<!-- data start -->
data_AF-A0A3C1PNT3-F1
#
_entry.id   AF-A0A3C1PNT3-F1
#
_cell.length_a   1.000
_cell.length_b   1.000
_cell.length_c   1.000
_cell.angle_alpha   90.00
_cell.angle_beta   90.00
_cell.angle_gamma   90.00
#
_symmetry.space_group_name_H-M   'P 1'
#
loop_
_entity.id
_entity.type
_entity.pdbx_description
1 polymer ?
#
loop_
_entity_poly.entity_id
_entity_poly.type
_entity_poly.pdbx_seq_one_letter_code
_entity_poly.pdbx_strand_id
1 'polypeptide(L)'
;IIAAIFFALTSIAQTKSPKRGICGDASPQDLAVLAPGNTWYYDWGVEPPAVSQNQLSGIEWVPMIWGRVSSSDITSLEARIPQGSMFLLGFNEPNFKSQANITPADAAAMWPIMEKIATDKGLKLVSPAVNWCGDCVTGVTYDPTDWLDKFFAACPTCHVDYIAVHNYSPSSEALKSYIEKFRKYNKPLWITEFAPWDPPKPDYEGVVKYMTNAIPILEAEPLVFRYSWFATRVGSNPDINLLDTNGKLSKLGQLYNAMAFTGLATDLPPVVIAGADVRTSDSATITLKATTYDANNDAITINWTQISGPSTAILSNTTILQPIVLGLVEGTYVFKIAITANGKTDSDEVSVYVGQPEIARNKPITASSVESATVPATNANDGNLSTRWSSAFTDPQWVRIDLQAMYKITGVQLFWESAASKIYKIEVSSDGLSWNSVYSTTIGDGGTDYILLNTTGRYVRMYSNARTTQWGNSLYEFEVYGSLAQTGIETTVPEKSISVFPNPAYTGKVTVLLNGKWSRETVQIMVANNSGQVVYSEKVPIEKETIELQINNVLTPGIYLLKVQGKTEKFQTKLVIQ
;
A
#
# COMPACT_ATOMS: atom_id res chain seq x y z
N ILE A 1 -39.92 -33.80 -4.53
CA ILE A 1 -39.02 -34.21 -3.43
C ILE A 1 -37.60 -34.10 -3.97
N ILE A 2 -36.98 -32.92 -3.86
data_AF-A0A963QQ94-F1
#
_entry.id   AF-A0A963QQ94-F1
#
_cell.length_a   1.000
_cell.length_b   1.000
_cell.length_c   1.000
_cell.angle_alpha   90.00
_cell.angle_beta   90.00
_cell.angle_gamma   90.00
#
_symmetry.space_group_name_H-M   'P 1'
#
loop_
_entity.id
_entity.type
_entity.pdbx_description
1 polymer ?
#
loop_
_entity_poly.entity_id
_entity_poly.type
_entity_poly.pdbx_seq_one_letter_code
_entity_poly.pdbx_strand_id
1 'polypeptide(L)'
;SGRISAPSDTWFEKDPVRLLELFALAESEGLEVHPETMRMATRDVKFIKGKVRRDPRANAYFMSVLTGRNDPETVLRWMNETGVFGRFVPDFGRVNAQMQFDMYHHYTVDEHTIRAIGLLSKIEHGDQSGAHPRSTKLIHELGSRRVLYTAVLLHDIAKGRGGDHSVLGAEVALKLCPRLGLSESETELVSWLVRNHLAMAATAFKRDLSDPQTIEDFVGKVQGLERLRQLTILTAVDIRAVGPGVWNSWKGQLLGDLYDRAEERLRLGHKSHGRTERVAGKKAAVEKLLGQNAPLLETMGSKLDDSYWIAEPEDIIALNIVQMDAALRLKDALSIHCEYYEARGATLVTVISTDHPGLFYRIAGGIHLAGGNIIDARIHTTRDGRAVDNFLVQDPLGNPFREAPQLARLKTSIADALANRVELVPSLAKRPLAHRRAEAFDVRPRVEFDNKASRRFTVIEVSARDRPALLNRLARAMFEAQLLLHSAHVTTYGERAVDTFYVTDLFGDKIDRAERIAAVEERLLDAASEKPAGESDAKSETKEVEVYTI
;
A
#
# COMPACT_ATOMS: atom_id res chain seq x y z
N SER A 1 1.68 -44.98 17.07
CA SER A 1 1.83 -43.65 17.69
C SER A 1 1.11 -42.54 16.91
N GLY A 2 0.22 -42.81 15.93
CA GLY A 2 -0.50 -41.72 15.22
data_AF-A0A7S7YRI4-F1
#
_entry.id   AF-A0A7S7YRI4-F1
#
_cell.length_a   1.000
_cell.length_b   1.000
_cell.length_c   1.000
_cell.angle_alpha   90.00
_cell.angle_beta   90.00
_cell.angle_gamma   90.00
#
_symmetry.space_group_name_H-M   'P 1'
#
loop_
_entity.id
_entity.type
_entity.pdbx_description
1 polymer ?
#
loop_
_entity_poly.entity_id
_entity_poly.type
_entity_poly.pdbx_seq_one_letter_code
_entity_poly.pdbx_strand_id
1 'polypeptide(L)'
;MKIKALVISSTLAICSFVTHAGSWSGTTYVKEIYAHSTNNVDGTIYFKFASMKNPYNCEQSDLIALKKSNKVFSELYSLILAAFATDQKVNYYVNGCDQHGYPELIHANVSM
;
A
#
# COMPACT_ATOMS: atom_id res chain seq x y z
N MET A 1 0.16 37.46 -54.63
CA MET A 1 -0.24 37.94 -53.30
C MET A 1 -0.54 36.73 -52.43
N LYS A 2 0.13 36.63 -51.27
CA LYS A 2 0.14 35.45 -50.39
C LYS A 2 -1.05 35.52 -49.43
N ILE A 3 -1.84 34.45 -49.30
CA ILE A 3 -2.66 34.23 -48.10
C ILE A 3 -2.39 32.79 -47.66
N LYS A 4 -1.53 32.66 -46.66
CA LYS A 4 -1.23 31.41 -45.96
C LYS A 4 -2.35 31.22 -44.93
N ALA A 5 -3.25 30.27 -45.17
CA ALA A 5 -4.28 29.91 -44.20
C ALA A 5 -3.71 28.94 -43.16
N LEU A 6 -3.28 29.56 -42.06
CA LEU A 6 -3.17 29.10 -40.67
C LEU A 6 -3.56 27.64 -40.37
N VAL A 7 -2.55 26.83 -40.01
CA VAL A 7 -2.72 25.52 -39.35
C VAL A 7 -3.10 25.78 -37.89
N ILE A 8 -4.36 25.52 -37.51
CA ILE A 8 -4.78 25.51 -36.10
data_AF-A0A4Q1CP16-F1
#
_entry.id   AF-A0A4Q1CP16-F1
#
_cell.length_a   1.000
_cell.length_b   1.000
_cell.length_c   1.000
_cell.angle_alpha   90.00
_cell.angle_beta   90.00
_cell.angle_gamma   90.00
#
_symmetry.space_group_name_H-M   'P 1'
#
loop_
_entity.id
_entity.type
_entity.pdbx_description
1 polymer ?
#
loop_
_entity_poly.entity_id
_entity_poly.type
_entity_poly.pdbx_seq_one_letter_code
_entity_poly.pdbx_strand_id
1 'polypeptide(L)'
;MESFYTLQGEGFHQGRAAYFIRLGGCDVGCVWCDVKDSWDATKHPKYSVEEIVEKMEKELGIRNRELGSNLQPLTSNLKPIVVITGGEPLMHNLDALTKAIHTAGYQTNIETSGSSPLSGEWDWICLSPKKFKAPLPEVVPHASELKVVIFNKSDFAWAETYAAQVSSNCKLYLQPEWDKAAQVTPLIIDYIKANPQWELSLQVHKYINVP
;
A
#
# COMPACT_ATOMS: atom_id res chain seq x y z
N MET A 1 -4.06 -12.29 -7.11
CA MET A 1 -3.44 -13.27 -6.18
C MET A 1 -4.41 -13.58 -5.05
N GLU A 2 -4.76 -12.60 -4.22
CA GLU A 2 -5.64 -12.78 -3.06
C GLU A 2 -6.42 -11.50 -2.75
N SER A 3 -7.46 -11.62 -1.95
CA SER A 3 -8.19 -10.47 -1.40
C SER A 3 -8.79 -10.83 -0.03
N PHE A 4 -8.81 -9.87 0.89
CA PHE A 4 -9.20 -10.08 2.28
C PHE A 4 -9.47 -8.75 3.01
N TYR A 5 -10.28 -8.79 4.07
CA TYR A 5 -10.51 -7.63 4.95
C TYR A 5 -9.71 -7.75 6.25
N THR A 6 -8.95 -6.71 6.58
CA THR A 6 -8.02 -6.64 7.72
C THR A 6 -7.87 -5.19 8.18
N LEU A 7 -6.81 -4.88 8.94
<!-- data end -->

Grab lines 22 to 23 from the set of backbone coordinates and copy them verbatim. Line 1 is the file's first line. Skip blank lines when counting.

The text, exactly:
_entity_poly.type
_entity_poly.pdbx_seq_one_letter_code